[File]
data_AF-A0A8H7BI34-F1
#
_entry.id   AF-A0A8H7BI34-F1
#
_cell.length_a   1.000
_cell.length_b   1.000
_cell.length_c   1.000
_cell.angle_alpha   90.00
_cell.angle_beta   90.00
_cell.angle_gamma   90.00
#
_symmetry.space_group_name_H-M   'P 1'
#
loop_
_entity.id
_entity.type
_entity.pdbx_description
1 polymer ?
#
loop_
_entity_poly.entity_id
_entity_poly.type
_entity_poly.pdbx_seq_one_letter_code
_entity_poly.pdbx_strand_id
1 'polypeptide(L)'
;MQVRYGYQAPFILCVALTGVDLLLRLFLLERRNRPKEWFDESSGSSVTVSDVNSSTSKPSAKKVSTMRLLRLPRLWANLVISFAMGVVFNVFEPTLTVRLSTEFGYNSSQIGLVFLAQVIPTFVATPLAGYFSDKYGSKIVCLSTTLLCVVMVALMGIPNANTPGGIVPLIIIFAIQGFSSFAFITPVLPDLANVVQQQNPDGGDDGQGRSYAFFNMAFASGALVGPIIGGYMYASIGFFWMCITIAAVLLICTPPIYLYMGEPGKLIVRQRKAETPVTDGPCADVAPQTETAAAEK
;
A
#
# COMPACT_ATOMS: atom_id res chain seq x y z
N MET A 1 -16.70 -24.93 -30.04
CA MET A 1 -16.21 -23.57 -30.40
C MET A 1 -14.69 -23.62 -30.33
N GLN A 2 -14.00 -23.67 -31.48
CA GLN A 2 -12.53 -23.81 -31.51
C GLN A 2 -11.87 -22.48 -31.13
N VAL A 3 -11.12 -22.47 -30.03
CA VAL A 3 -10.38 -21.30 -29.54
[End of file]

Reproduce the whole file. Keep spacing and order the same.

data_AF-A0A8H7BI34-F1
#
_entry.id   AF-A0A8H7BI34-F1
#
_cell.length_a   1.000
_cell.length_b   1.000
_cell.length_c   1.000
_cell.angle_alpha   90.00
_cell.angle_beta   90.00
_cell.angle_gamma   90.00
#
_symmetry.space_group_name_H-M   'P 1'
#
loop_
_entity.id
_entity.type
_entity.pdbx_description
1 polymer ?
#
loop_
_entity_poly.entity_id
_entity_poly.type
_entity_poly.pdbx_seq_one_letter_code
_entity_poly.pdbx_strand_id
1 'polypeptide(L)'
;MQVRYGYQAPFILCVALTGVDLLLRLFLLERRNRPKEWFDESSGSSVTVSDVNSSTSKPSAKKVSTMRLLRLPRLWANLVISFAMGVVFNVFEPTLTVRLSTEFGYNSSQIGLVFLAQVIPTFVATPLAGYFSDKYGSKIVCLSTTLLCVVMVALMGIPNANTPGGIVPLIIIFAIQGFSSFAFITPVLPDLANVVQQQNPDGGDDGQGRSYAFFNMAFASGALVGPIIGGYMYASIGFFWMCITIAAVLLICTPPIYLYMGEPGKLIVRQRKAETPVTDGPCADVAPQTETAAAEK
;
A
#
# COMPACT_ATOMS: atom_id res chain seq x y z
N MET A 1 -16.70 -24.93 -30.04
CA MET A 1 -16.21 -23.57 -30.40
C MET A 1 -14.69 -23.62 -30.33
N GLN A 2 -14.00 -23.67 -31.48
CA GLN A 2 -12.53 -23.81 -31.51
C GLN A 2 -11.87 -22.48 -31.13
N VAL A 3 -11.12 -22.47 -30.03
CA VAL A 3 -10.38 -21.30 -29.54